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Click here to see a La Crosse Tribune article about the mission in Uganda.

Monday, June 13, 2011

I Was Thinking...

A friend asked me once, "What do you think about when you are riding?" It runs the gamut, from rolling along in in a state that closely resembles brain-death to pondering really deep issues. Neither of these is to be recommended, though, as paying attention to the road is usually a good idea. Yet my mind did wander on the ride to Houston, Minnesota and back last Saturday as I tried to process everything that happened during my 10 day visit to Uganda. It was a successful trip. When I sort out all of the details, I'll set out a series of posts from my journal. But, for now...

As I sped rolled along on Highway 16, headed back to La Crosse, an odd sensation broke through my African reverie. Something wasn't right and it quickly became apparent that my rear tire was going flat. It's ALWAYS the rear tire, by the way. While flats never make me happy, they usually aren't too difficult to deal with and I soon had a new tube installed and pumped up. I got on the bike and it was déjà vu all over again. Something wasn't right and it quickly became apparent that my rear tire was going flat.

While I had checked the tire before putting in the first replacement tube, this time I took the tire off, turned it inside-out and ran my finger around the inside, which was now outside thanks to the above mentioned inside-out turning. This time, I found the tiniest piece of tire cord, just barely extending above the surface. I put in quite an effort before I finally got it out. I was carrying two spare tubes, so I was able to repair the flat for good and made the remainder of the trip home without incident.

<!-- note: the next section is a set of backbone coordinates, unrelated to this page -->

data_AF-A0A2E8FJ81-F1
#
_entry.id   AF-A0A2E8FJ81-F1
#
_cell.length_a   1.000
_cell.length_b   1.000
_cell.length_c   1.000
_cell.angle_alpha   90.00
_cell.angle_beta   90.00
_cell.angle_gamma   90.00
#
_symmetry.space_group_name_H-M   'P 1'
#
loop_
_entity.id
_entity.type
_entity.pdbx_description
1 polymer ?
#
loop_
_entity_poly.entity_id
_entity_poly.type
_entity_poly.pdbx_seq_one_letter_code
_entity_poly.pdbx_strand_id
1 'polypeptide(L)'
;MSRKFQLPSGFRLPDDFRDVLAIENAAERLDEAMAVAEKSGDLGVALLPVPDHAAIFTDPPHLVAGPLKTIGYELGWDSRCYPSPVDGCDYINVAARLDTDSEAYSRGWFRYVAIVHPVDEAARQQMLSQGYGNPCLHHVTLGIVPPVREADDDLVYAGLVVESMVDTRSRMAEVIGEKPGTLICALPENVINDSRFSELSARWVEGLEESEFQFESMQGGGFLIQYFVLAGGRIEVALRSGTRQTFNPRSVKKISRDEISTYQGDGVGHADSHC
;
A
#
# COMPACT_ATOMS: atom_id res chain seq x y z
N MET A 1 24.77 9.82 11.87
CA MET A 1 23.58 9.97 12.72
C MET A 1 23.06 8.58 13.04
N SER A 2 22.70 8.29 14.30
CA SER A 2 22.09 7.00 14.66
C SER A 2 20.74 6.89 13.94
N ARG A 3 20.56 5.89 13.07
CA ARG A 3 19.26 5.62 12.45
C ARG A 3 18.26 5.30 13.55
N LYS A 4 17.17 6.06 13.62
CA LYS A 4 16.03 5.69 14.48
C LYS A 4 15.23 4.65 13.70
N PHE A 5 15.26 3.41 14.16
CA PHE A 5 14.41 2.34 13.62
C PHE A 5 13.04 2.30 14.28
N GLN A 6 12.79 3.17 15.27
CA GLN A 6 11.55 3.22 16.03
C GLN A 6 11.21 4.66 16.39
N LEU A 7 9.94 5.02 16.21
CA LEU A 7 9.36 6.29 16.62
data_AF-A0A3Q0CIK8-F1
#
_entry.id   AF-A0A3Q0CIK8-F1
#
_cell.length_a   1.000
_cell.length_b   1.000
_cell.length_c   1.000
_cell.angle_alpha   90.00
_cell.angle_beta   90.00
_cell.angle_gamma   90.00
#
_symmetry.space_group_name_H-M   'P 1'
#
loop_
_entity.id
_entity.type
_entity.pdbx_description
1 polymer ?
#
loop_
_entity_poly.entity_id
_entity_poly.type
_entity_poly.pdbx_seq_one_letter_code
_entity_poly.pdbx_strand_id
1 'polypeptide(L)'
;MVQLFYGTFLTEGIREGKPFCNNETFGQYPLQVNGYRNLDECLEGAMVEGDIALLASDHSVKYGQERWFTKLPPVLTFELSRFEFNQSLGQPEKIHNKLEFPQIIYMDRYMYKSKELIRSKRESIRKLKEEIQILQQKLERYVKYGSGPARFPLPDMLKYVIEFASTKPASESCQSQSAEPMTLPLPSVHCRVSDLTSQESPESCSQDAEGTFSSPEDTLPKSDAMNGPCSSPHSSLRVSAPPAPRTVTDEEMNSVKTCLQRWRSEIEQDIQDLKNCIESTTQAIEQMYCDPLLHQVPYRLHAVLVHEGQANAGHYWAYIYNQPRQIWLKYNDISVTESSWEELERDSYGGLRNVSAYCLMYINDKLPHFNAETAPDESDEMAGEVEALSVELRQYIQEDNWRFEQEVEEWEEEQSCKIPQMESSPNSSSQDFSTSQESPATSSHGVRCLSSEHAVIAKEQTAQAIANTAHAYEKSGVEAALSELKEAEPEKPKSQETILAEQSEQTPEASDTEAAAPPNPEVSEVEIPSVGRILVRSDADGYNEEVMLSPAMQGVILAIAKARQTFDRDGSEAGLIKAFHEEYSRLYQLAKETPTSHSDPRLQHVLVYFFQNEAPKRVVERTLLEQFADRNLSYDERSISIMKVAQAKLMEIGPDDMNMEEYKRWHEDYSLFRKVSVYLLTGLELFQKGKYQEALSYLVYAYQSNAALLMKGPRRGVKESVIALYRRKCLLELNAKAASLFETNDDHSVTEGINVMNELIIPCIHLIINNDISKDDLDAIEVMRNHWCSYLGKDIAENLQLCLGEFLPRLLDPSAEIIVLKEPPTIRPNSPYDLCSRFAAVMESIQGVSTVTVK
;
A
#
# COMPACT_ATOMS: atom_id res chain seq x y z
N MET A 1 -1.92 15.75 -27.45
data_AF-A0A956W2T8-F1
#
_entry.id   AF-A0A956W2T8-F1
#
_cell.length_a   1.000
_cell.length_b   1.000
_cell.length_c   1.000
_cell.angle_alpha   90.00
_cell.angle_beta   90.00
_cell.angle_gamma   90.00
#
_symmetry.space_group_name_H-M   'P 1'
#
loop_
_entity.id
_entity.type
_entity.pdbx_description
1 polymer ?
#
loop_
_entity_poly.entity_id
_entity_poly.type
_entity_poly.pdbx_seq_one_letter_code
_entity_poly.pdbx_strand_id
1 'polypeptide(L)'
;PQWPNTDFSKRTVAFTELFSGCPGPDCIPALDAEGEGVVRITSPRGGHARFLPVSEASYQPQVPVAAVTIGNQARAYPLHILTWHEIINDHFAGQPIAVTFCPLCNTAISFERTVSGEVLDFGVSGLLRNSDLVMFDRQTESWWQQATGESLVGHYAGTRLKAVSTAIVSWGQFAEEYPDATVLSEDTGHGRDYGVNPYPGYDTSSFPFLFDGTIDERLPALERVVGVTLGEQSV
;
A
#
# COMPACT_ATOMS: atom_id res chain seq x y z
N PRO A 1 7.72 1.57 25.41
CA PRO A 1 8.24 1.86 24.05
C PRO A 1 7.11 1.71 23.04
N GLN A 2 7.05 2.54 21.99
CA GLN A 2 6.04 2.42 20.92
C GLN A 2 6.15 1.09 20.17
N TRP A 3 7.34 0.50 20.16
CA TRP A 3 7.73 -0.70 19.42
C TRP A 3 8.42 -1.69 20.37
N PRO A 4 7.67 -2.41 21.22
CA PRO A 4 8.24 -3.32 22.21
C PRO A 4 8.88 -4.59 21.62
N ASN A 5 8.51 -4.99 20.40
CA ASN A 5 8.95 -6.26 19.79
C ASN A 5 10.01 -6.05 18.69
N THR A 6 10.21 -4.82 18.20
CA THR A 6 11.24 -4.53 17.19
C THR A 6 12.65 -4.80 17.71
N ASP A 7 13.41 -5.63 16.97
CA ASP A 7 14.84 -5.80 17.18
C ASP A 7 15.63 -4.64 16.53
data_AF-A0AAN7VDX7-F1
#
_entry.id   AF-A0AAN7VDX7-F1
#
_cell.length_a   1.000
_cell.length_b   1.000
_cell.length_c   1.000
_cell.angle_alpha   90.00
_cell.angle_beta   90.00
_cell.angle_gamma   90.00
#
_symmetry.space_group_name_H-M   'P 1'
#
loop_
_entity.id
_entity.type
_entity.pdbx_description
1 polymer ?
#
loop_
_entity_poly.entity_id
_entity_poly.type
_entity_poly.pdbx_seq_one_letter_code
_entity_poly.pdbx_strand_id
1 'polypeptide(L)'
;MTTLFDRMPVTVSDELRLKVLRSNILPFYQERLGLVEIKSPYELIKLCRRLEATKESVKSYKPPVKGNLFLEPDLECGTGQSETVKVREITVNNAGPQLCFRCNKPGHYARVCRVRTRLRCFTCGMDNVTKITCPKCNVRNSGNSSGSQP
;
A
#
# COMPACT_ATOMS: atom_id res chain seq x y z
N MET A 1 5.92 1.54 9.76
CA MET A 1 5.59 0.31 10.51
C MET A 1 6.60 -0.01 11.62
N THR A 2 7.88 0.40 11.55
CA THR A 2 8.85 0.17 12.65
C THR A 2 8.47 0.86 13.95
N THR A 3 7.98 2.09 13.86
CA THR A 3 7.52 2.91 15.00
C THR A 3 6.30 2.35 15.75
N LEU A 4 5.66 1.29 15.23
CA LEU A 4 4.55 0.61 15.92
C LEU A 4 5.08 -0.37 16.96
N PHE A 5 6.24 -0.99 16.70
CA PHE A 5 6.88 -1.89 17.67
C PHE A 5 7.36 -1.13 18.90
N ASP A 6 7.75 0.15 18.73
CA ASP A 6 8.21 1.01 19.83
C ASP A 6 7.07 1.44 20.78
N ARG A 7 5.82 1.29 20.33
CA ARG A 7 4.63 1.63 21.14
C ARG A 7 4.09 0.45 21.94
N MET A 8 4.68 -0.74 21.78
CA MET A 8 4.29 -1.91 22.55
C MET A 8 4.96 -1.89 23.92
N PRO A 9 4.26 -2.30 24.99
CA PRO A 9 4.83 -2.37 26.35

It isn't often that I have two flats on one ride, but I suppose in this case, I had the same flat twice. As I rode on towards home, I thought about what had transpired and what came to mind, of course, was the well-known first line of Tolstoy's Anna Karenina: "Happy families are all alike; every unhappy family is unhappy in its own way." So it is with tires. Inflated tires are all alike; every flat is flat in its own way. I've had flats from a large staple, a small nail, belted tire wire and even what looked like a rose bush thorn. There is no end to the ways in which you can get a flat.

And, it struck me, that the mission trips to Africa are like that. Successful trips are all alike: people we visit are helped, those of us who go learn something important and we all grow a little bit. And so it was on this last trip.

But there is no end to the ways that trouble can creep in. This time, there were two auto accidents (no serious injuries except to our rental cars), a flat tire, a visit to a service center for an oil and filter change, late delivery of bikes, an extra trip to the rural school to sort out issues with the book order and even an emergency landing in Iceland (this happened to Samuel on his way home yesterday - I don't know the details yet, but he is back, safe and sound).

Unlike the binary condition of either happy OR unhappy families, the trip was successful AND sprinkled with moments of drama. Again, there will be reports...

What a good trip looks like

1 comment:

Anonymous said...

What writer made the comment, "I can flat write"?? Well, you can flat cope!!!